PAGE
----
It is most definitely an art form, and a living breathing one.
It's not a dead "art form" by any means. It would probably be easier to count modern shows without theme music these days.
What has changed is the level of competition; with 250 other shows airing in the same time slot and ubiquitous IR remotes, a show had better not exceed your attention span, or it will suffer an early fate. The BB Theory is kind of a throwback, and they take the risk of us surfing the dial for a better option for the 20 seconds or so that we know we will not miss anything. No one else has the balls to risk that.
Well, maybe Dexter, but we've already paid for that. If you don't wait for the "ding" (and what's up with that?) when he locks his door and walks out of his apartment, then you are not psychologically primed to really enjoy the show. I can't explain it, I just know I have to hear that "ding".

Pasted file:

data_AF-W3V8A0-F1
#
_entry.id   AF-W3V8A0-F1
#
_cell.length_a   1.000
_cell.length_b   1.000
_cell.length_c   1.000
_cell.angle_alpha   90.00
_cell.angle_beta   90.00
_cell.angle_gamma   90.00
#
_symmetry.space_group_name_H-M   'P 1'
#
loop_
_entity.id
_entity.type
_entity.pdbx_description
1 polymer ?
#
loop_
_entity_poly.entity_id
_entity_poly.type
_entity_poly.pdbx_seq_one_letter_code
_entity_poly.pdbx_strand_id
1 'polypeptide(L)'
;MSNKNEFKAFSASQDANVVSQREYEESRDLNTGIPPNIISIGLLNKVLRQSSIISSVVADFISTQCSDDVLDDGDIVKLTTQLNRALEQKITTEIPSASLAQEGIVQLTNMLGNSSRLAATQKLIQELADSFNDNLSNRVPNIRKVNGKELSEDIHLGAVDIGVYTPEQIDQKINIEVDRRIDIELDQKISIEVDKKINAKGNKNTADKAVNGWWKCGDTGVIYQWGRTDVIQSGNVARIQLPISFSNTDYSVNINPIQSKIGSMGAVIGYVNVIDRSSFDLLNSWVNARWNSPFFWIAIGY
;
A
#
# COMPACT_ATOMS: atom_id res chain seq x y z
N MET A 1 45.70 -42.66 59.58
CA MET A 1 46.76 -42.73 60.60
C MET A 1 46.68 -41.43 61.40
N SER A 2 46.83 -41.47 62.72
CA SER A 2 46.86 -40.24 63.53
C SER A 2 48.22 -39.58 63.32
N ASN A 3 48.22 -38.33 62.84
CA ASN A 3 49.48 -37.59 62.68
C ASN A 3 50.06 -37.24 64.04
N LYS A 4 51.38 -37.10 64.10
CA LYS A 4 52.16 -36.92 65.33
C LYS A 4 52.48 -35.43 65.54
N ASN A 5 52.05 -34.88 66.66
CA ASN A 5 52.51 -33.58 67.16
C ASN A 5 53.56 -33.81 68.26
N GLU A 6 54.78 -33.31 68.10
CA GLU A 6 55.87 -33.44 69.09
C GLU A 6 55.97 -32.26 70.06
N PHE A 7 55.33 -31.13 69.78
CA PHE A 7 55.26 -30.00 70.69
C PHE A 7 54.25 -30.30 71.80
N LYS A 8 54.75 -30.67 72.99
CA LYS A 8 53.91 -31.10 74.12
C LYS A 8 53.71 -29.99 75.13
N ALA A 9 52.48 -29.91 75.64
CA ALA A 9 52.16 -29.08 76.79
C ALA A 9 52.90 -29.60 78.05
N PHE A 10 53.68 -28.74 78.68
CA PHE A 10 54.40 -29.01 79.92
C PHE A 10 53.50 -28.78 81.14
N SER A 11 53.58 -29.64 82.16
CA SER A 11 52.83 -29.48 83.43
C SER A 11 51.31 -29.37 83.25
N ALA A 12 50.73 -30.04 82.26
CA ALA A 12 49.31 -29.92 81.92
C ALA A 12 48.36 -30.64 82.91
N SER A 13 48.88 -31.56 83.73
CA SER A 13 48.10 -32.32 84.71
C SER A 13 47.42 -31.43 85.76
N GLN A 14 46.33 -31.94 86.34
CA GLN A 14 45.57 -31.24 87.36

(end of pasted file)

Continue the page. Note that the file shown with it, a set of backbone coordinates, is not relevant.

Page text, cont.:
I think it is familiarity. Familiarity means comfort; we are soothed by getting what we expect, by routine. I think CBS and others take advantage of this with closing themes (usually a 4-bar electric guitar sting over the production company logo). When we hear that it is comforting, and we know we are just seconds away from next week's preview, which is a promo or two away from the next show.
But even that is disappearing. On Alias you could hear J.J. Abrams' two little kids yelling "Bad Robot!", and by the time Fringe was out, he had a third child and re-recorded it with all three. But I have noticed the "Bad Robot" logo sans sound lately, probably on Person of Interest.
Edited by TomCat, 05 April 2013 - 05:30 PM.